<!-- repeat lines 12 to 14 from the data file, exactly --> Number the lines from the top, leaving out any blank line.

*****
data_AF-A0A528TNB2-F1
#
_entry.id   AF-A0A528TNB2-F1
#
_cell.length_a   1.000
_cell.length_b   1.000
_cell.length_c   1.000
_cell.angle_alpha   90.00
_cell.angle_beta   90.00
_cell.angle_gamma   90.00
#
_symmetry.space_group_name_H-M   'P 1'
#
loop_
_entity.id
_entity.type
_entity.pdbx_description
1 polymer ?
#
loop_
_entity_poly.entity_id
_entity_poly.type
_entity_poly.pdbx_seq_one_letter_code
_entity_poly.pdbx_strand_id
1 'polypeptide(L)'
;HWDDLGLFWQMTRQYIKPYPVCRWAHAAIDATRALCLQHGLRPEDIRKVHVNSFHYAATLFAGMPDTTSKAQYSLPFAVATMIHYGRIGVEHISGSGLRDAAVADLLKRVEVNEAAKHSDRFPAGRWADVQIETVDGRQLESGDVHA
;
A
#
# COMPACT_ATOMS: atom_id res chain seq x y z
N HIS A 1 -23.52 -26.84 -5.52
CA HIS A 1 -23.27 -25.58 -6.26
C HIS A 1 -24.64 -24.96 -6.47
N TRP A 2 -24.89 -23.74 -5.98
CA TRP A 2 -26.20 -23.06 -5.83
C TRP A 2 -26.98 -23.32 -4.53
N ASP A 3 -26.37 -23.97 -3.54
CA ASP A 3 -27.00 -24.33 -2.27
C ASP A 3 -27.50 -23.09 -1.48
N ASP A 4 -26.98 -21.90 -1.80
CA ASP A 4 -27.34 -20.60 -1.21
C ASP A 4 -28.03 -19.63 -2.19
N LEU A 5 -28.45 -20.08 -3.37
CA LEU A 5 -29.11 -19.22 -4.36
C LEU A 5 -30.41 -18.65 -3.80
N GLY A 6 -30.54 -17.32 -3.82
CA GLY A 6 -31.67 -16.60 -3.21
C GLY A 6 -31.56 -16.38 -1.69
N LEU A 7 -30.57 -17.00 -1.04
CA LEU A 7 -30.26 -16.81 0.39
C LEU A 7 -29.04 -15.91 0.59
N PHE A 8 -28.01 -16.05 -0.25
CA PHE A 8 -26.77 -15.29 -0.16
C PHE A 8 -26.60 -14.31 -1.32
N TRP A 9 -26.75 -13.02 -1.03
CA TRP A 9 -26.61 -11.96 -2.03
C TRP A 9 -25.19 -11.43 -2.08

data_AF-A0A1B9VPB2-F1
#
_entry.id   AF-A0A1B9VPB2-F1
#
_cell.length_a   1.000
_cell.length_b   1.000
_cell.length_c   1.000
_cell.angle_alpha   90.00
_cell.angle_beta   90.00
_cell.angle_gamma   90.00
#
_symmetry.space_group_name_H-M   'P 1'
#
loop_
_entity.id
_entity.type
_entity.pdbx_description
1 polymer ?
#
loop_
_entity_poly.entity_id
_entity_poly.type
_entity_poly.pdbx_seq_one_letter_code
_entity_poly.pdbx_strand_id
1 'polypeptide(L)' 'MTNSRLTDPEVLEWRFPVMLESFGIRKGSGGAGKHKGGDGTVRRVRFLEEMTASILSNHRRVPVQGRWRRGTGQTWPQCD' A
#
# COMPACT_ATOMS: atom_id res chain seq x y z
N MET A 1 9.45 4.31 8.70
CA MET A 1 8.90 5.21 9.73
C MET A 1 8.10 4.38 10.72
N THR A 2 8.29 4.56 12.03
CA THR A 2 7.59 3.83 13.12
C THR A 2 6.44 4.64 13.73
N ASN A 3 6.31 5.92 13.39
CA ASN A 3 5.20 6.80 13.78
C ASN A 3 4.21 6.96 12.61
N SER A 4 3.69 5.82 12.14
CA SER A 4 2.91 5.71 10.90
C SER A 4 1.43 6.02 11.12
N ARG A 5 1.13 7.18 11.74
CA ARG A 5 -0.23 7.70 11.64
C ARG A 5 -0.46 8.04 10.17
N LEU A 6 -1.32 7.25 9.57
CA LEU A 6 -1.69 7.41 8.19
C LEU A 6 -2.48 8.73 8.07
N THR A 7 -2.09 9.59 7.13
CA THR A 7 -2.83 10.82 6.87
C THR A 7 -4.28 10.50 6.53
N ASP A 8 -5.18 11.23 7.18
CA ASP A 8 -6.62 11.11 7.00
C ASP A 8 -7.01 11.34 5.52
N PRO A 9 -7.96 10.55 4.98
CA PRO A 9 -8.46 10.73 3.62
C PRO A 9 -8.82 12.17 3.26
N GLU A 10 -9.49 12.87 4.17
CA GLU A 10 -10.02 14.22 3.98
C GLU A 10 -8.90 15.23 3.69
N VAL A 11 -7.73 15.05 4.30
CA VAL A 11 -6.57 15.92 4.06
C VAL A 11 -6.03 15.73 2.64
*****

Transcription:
_symmetry.space_group_name_H-M   'P 1'
#
loop_